Robinson: While there are certainly myriad "characteristics" of ideal technology solutions, I tend to use the following four major characteristics to assess how solutions can translate into customer-centric services. While not all-inclusive, these can certainly serve as the key building blocks for a diligent analysis. When assessing each characteristic, law departments should also consider some tough questions concerning the creation (or continuation) of specific value-added services, as follows:
Problem Focused: Is the service problem-focused? Does it actually solve a real problem as opposed to just eliminating a nuisance? How will it enhance the value of the Law Department's services to its "in-house" customers?
Competitively Selected: Be sure you have done your homework and met with at least three Competitors who provide this solution to ensure you select the one that best meets your needs at the budget you set, and can provide the training and support you will need after the solution is in place.
Cost Effective: Can the technology solution be employed in a cost effective manner? Is there a demonstrable ROI that can quantify the cost in terms of time, savings and money? Will the technology assist in creating greater productivity?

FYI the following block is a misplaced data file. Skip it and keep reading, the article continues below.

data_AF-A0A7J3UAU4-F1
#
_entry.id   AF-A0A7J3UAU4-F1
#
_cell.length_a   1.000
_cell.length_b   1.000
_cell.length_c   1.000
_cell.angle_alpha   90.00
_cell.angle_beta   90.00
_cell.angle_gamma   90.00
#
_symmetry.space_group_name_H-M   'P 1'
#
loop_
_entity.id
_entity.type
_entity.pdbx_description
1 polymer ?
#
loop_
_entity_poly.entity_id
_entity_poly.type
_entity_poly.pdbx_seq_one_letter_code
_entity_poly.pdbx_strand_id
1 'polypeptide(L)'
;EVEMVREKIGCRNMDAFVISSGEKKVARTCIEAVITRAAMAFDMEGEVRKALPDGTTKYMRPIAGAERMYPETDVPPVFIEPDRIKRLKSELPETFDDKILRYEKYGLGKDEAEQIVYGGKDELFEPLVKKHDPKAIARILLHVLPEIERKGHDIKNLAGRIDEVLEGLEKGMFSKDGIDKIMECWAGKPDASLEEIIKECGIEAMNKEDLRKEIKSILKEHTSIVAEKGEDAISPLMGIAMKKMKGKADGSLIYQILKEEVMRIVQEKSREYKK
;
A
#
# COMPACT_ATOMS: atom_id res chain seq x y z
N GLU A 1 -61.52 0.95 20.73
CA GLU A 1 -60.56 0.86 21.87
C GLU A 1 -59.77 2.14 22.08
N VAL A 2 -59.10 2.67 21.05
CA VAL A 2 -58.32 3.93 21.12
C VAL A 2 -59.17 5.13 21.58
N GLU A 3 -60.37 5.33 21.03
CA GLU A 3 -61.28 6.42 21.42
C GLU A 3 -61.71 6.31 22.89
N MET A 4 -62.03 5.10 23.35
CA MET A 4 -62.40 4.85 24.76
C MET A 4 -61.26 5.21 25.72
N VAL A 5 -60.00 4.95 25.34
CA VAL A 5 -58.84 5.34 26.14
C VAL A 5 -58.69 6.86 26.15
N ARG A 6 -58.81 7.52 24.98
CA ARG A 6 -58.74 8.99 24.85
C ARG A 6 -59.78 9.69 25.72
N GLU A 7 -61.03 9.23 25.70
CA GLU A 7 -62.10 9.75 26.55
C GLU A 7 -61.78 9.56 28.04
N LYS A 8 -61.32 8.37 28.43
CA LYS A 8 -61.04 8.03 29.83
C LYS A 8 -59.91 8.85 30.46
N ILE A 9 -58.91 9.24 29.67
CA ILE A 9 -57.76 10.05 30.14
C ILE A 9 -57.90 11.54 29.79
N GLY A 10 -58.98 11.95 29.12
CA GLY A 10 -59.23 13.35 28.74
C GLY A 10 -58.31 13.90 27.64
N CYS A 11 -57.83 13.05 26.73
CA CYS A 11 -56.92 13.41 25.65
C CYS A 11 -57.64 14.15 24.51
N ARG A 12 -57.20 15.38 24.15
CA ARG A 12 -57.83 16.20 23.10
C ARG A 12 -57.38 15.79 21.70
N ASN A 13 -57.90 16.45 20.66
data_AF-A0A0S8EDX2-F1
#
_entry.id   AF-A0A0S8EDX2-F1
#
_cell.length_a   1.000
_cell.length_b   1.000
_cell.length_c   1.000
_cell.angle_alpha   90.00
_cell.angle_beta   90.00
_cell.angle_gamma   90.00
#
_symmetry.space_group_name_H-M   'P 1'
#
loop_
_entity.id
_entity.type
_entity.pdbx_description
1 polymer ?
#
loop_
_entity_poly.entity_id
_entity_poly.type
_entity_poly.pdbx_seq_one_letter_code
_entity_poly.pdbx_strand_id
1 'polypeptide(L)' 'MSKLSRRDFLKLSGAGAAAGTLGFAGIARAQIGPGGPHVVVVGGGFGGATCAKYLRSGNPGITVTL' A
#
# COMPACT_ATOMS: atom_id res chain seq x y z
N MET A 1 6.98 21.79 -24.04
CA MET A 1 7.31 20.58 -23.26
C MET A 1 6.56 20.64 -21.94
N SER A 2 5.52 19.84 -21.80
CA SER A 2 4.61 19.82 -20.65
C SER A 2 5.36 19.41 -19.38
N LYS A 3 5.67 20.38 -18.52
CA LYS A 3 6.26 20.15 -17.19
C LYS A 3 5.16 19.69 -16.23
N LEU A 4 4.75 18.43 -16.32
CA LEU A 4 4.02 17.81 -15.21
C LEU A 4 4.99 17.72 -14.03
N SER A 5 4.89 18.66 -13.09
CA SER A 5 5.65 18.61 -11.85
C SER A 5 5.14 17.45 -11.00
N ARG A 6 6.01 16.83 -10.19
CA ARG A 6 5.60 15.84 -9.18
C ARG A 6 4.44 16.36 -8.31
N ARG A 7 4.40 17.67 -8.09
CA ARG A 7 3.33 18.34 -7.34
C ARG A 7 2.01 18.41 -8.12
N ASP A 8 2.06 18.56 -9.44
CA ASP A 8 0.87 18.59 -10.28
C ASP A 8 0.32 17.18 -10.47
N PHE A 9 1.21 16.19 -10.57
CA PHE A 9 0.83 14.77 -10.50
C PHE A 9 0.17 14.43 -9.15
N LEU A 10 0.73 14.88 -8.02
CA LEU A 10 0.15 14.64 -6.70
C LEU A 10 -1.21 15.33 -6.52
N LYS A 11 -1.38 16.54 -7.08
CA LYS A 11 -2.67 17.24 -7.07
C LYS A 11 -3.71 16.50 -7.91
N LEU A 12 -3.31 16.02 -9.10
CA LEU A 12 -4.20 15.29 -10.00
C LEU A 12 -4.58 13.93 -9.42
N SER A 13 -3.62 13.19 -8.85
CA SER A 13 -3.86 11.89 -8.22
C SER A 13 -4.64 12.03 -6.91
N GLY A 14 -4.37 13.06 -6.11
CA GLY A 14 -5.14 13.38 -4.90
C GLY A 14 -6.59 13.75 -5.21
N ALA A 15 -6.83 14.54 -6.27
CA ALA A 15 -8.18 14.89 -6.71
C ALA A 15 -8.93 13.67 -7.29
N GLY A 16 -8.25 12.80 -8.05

Sustainable Support: Can support for the service be easily accessed? Can support be delivered over the entire lifecycle of the service in an efficient manner?
Once a firm has taken the time to assess available solutions relative to not only the services they already have in place but also for the service offerings they may be considering, then this becomes a good "thought framework" from which to deliver more effective services to their client base.
Behnia: The ideal technology solution should be flexible enough to address multiple business needs, easily adaptable and extensible, with a rich portfolio of solutions built on its platform; allowing legal departments to serve their customers as the business evolves through M&A activities, regulatory changes, and changing market conditions.